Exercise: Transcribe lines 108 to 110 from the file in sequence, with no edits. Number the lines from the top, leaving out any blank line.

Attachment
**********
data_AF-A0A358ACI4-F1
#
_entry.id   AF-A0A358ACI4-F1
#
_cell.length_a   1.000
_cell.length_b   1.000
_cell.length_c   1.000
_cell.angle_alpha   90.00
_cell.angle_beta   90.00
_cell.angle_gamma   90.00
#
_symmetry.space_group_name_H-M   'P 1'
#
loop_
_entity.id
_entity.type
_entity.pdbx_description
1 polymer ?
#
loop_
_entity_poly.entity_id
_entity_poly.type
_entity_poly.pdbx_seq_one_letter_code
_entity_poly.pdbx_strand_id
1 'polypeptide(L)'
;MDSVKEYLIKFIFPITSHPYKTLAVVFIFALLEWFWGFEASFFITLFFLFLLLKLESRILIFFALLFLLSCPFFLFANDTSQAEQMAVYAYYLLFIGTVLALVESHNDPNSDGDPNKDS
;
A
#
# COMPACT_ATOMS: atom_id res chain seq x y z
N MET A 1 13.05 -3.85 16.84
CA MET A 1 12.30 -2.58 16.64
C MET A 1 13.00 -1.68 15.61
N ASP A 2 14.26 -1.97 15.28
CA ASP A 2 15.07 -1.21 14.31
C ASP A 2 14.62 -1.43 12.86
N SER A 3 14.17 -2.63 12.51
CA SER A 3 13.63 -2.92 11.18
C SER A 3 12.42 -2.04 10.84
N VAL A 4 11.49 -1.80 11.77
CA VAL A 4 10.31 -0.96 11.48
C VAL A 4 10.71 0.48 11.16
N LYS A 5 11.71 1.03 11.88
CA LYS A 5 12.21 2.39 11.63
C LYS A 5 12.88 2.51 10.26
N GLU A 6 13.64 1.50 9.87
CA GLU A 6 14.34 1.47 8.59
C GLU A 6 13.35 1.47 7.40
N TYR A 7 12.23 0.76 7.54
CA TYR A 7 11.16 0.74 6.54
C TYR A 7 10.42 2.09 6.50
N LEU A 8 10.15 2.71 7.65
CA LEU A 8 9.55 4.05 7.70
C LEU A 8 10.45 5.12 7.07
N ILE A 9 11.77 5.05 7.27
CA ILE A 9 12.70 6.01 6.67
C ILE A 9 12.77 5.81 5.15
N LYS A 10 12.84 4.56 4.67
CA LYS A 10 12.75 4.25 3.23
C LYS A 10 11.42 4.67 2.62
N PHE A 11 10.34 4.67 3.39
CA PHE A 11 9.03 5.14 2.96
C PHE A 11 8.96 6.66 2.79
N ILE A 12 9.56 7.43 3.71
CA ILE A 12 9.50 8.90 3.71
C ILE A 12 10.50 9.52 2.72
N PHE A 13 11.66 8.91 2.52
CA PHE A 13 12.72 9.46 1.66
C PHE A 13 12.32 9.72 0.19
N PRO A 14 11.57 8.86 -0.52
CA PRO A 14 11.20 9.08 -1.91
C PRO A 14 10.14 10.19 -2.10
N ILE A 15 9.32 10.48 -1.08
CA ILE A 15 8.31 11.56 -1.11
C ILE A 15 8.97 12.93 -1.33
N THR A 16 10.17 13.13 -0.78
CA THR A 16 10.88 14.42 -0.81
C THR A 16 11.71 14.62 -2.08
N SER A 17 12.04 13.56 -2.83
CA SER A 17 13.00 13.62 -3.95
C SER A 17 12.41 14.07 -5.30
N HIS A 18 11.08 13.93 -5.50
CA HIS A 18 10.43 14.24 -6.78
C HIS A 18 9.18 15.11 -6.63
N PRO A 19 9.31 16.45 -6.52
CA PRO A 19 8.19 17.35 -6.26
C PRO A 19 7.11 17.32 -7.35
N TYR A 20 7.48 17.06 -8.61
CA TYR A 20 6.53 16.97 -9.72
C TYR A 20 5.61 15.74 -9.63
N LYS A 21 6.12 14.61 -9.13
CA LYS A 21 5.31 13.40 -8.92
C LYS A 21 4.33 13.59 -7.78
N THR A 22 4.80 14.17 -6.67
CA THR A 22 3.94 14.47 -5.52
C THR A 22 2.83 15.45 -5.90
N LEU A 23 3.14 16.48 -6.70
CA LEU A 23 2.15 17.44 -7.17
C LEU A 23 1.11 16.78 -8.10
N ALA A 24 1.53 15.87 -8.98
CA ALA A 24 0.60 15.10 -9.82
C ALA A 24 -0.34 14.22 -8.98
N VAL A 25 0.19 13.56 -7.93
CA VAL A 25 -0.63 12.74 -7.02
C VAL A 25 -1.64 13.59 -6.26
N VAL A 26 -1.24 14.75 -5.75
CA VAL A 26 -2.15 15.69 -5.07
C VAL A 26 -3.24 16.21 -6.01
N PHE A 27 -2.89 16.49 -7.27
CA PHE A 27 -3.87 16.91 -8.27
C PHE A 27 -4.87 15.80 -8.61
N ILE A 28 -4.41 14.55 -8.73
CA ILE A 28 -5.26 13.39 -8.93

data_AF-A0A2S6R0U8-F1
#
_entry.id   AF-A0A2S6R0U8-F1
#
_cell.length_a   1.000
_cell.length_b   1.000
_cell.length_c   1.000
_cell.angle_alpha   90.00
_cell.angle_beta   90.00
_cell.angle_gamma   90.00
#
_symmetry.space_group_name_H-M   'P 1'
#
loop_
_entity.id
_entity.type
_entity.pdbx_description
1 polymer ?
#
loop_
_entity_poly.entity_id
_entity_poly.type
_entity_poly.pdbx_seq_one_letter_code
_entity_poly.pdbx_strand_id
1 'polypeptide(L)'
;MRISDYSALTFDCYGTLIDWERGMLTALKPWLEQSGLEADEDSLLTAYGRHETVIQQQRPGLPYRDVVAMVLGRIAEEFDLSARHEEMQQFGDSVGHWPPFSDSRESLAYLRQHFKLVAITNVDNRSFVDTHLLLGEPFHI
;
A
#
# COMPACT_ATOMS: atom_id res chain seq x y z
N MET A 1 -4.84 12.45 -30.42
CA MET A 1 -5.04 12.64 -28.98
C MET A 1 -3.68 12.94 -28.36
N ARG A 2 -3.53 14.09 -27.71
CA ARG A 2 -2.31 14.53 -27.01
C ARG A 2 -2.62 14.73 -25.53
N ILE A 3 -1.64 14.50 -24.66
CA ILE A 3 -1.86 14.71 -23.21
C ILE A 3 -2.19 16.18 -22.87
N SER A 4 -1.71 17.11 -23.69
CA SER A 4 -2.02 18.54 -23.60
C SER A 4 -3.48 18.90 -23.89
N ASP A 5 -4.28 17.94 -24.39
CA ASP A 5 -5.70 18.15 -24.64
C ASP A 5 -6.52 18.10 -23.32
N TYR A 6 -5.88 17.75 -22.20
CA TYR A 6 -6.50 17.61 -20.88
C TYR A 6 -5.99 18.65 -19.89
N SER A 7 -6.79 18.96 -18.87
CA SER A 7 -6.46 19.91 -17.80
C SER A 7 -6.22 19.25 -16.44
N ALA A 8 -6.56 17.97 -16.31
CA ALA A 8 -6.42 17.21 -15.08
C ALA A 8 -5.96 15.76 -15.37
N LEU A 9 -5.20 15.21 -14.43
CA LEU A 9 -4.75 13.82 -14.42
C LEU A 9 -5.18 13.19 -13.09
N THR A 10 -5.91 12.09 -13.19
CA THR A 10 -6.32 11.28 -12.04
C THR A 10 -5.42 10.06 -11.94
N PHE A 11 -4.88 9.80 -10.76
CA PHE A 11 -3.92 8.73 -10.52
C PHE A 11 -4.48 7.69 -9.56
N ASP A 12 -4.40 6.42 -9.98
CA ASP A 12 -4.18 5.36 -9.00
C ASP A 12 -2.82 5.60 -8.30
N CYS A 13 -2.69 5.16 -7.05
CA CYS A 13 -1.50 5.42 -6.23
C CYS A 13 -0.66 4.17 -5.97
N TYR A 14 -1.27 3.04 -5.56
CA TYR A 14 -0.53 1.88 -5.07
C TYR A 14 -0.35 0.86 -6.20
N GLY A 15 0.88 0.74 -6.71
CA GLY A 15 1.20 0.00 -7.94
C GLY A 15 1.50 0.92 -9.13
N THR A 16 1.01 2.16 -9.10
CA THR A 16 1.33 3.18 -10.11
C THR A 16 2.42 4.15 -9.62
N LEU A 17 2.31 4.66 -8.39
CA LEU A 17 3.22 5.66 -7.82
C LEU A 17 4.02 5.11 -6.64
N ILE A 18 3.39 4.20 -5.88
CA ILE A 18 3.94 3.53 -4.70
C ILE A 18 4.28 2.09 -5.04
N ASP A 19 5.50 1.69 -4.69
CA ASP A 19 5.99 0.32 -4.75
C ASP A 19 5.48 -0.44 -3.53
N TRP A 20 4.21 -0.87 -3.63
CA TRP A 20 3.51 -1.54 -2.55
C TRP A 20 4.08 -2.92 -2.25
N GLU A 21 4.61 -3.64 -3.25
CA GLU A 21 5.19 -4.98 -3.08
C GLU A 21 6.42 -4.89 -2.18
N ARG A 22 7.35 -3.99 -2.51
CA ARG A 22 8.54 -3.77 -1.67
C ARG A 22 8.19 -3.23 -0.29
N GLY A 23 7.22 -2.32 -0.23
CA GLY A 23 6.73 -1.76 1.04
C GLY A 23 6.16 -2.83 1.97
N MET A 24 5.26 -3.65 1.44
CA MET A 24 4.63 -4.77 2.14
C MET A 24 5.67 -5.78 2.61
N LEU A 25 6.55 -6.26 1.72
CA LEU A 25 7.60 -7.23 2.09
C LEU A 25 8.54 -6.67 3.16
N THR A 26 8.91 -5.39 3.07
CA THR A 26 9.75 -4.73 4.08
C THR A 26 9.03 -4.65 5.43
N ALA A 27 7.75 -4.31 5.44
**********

C VAL A 26 -3.24 16.21 -6.01
N PHE A 27 -2.89 16.49 -7.27
CA PHE A 27 -3.87 16.91 -8.27